So, let's see. I gave him a couple choices, and a couple chances to be safe in the situation we were in, and it didn't happen. I wasn't mad or upset at all, he's only 2 and just cannot grasp the situation. However, that doesn't mean to me that I need to find a way for him to walk around, when it's something that would have required quite a bit of flanagling and not been agreeable to me at all.

I suppose in matters of road safety, and personal hygiene (changing dirty diapers), I will do a certain amount of negotiating to make the situation more appealing to him (changing standin gup, in the tub, watching a video, whatever) but in the end, the diaper is goign to get changed, and he's not going to walk in moving traffic on his own. Personally, I cannot see at all that me "forcing" my son to have a dirty diaper changed to avoid him getting a huge rash ( or carrying him across a street and through a busy parking lot)would somehow translate into him acquiescing to someone trying to sexually violate him in later years.

My parents were gentle but definitely "in charge", and I'm sure sometiems they would pick me up to carry me, or put me in my carseat if I didnt' want to, or make me get my diaper changed...but I in NO way as a result of that felt like it was OK for anyone to do anything to me sexually that I didnt want them to. In fact, I can think of 2 situations when I was a young teenager that boys tried to get me to do more than I wanted to, and I literally walked away (one time calling my dad to come get me) and that was the end of that relationship. My parents instilled me with the knowledge that I was valuable and worthy, and THAT is what stuck with me, not the occasional coercion as a small child to do a function of daily living.

Sooooo...I just can't equate "forcing" my child to change his diaper, or get into a car seat without waiting somewhere for X amount of time, or whatever to having them not be able to distinguish a bad sexual touch from their mom cleaning their diaper or getting them into their car seat. It just doesn't register for me.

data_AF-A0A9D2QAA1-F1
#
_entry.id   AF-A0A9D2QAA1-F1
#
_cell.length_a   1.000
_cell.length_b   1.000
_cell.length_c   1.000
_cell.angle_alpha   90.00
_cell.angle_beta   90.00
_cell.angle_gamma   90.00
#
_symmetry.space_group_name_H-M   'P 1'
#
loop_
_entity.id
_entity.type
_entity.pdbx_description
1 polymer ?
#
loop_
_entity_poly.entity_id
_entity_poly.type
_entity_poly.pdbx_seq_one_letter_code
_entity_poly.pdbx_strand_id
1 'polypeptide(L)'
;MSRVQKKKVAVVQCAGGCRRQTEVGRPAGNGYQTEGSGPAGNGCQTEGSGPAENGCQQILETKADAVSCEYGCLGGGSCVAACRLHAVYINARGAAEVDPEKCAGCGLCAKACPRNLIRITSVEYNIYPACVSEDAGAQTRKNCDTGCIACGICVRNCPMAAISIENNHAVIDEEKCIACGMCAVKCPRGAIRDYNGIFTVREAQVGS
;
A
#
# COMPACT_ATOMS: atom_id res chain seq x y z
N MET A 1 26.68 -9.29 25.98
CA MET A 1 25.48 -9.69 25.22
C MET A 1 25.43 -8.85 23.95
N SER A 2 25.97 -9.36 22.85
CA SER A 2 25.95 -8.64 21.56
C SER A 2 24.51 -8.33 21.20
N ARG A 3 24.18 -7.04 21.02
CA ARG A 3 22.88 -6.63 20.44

Having said all that, I will also say that if the diaper change or car seat scenarios (which seem to be very common ones here) were constantly met with resistance and fear, screaming, etc., like EVERY time, then I would definitely look to see what the underlying cause was. BUT - for the occasional time when DS just doesn't want me to change a poop that he made 15 minutes ago because he doesnt' want to stand still for 2 minutes, even if I play a video for him, even if I give him a piece of cheese, I just can't equate it to him becoming a person who would let anyone do anything to him without standing up for himself.

I just think that's a big, big leap to make, and doesn't give enough credit to our kids instinct to learn, be taught, and know good intentions from bad.

I do try to accomodate my son as much as I possibly can - we've gone out in some truly interesting getups, and with him bringing along some interesting 'toys' - gone bottomless many times at home - had a cupcake before dinner - carefully explore a stapler he found - so I'm not compeltely inflexible - just sometimes his "wants" do not outweigh my "needs". I guess that's what it comes down to for me.

Heather, WAHM to DS (01/04)DD (06/06). Wed to DH(09/97)
The4OfUs is offline  
Old 01-31-2006, 11:03 PM
 
MissRubyandKen's Avatar
 
Join Date: Nov 2005
Posts: 1,605
Mentioned: 0 Post(s)
Tagged: 0 Thread(s)
Quoted: 0 Post(s)